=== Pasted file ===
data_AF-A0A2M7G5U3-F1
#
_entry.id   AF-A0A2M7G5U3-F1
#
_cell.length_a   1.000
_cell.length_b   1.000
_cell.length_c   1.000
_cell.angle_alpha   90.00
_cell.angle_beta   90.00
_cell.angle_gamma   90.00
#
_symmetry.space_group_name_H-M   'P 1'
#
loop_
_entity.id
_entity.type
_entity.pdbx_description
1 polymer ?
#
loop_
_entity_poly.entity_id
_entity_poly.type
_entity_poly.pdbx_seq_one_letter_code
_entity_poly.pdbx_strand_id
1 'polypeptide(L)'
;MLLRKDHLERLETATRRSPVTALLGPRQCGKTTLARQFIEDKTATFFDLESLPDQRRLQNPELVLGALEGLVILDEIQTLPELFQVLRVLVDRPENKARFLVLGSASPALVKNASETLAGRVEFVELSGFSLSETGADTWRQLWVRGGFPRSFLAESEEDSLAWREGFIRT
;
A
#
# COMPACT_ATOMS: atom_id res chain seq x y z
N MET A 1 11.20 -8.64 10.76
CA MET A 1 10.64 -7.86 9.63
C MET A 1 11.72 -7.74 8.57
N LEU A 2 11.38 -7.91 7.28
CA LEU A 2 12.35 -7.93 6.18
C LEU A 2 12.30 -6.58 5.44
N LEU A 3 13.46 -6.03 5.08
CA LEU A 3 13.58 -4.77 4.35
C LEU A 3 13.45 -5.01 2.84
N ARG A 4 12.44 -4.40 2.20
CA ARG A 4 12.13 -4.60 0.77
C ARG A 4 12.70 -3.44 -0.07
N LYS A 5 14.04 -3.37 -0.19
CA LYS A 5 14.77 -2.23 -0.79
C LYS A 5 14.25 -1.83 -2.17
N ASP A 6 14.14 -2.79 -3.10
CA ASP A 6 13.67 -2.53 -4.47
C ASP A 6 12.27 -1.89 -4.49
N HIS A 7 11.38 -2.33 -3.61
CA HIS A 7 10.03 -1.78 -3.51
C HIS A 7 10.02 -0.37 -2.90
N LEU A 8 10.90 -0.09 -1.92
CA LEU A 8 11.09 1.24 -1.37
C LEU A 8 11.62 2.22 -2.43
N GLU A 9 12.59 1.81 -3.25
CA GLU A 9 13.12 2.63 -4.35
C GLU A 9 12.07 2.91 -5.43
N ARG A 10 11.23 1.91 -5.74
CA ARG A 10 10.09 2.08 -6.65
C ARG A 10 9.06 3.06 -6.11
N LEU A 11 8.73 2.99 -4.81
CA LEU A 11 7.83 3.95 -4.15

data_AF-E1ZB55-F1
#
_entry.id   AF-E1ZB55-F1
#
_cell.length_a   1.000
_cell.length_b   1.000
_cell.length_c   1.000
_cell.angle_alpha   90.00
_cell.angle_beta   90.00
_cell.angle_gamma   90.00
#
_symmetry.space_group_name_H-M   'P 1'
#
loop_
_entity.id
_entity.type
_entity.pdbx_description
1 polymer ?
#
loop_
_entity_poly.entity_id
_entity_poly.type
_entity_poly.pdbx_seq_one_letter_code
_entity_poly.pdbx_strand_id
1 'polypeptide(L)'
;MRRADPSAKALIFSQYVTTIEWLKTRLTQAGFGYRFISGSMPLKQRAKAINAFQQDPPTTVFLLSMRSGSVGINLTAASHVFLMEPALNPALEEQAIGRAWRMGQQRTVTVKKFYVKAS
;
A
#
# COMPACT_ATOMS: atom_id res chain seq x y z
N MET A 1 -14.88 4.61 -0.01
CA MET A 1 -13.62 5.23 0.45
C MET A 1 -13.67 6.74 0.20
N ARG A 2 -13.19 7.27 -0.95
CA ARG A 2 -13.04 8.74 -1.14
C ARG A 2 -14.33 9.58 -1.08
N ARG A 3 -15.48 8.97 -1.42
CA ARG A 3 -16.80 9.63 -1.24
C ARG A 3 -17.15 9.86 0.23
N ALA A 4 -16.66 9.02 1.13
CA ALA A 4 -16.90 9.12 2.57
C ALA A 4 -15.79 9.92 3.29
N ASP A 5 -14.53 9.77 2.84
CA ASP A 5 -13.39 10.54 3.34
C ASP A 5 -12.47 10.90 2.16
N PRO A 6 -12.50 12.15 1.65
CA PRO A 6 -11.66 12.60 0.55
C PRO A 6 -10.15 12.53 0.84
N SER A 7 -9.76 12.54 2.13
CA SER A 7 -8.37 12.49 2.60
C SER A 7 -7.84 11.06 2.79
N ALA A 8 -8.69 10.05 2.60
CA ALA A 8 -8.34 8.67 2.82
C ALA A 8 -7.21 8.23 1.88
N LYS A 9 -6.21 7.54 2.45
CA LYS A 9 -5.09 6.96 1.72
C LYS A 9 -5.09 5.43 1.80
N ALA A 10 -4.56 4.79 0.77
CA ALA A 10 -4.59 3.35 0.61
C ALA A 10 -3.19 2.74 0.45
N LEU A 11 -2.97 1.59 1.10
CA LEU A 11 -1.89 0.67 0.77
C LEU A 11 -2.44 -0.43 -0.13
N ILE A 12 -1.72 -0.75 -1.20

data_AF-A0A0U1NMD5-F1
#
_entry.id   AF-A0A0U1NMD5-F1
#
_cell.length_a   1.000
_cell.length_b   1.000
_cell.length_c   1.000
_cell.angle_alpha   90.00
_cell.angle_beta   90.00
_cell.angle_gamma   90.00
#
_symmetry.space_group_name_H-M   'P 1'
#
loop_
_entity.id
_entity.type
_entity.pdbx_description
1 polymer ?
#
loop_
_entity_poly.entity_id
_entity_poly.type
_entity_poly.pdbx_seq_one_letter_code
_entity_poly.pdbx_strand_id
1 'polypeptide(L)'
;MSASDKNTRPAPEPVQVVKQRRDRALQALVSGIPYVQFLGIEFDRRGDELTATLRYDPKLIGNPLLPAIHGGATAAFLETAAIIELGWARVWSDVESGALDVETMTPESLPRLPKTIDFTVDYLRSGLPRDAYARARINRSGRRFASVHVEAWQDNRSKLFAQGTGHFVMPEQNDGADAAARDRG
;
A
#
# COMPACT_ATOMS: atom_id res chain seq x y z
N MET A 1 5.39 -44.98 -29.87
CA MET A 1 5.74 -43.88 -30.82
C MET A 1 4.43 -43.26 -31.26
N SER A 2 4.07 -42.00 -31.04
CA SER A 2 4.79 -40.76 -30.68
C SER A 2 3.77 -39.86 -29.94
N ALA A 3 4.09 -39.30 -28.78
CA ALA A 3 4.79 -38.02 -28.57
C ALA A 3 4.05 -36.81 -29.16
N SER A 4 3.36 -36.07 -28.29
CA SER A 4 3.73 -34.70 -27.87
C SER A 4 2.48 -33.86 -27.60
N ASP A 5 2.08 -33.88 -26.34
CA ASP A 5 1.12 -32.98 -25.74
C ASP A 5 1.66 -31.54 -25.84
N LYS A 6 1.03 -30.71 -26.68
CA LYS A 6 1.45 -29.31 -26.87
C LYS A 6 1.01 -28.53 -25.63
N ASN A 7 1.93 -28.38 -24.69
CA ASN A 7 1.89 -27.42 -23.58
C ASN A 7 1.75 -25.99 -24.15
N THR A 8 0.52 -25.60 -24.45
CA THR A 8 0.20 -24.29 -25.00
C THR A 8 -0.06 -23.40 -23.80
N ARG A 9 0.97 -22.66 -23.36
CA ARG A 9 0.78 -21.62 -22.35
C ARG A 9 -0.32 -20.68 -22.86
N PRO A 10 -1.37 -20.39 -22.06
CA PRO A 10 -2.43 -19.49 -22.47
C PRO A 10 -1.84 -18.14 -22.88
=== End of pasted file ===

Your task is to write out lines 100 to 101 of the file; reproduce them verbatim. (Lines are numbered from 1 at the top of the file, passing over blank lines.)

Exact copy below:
CA ARG A 3 -16.80 9.63 -1.24
C ARG A 3 -17.15 9.86 0.23